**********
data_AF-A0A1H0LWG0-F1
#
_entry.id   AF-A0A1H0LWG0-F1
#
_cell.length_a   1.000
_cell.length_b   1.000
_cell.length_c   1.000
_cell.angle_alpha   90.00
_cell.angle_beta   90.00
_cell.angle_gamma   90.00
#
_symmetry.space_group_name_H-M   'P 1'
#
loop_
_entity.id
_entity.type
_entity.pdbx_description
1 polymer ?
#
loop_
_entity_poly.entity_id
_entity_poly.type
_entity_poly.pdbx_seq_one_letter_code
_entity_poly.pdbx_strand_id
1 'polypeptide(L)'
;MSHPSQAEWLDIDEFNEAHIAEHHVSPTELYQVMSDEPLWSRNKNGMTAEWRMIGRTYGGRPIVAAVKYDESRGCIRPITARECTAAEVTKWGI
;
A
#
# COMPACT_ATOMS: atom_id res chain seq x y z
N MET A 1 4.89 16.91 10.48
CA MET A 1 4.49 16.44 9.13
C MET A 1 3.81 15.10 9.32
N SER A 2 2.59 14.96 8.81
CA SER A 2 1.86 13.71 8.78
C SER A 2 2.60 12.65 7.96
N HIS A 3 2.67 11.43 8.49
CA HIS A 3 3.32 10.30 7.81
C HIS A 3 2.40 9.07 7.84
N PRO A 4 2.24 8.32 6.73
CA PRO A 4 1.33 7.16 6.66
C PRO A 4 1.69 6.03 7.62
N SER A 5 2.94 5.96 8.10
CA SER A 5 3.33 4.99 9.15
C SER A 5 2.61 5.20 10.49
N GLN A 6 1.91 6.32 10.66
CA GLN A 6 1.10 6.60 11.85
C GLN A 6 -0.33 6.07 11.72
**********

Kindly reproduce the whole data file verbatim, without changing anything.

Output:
data_AF-A0A1H0LWG0-F1
#
_entry.id   AF-A0A1H0LWG0-F1
#
_cell.length_a   1.000
_cell.length_b   1.000
_cell.length_c   1.000
_cell.angle_alpha   90.00
_cell.angle_beta   90.00
_cell.angle_gamma   90.00
#
_symmetry.space_group_name_H-M   'P 1'
#
loop_
_entity.id
_entity.type
_entity.pdbx_description
1 polymer ?
#
loop_
_entity_poly.entity_id
_entity_poly.type
_entity_poly.pdbx_seq_one_letter_code
_entity_poly.pdbx_strand_id
1 'polypeptide(L)'
;MSHPSQAEWLDIDEFNEAHIAEHHVSPTELYQVMSDEPLWSRNKNGMTAEWRMIGRTYGGRPIVAAVKYDESRGCIRPITARECTAAEVTKWGI
;
A
#
# COMPACT_ATOMS: atom_id res chain seq x y z
N MET A 1 4.89 16.91 10.48
CA MET A 1 4.49 16.44 9.13
C MET A 1 3.81 15.10 9.32
N SER A 2 2.59 14.96 8.81
CA SER A 2 1.86 13.71 8.78
C SER A 2 2.60 12.65 7.96
N HIS A 3 2.67 11.43 8.49
CA HIS A 3 3.32 10.30 7.81
C HIS A 3 2.40 9.07 7.84
N PRO A 4 2.24 8.32 6.73
CA PRO A 4 1.33 7.16 6.66
C PRO A 4 1.69 6.03 7.62
N SER A 5 2.94 5.96 8.10
CA SER A 5 3.33 4.99 9.15
C SER A 5 2.61 5.20 10.49
N GLN A 6 1.91 6.32 10.66
CA GLN A 6 1.10 6.60 11.85
C GLN A 6 -0.33 6.07 11.72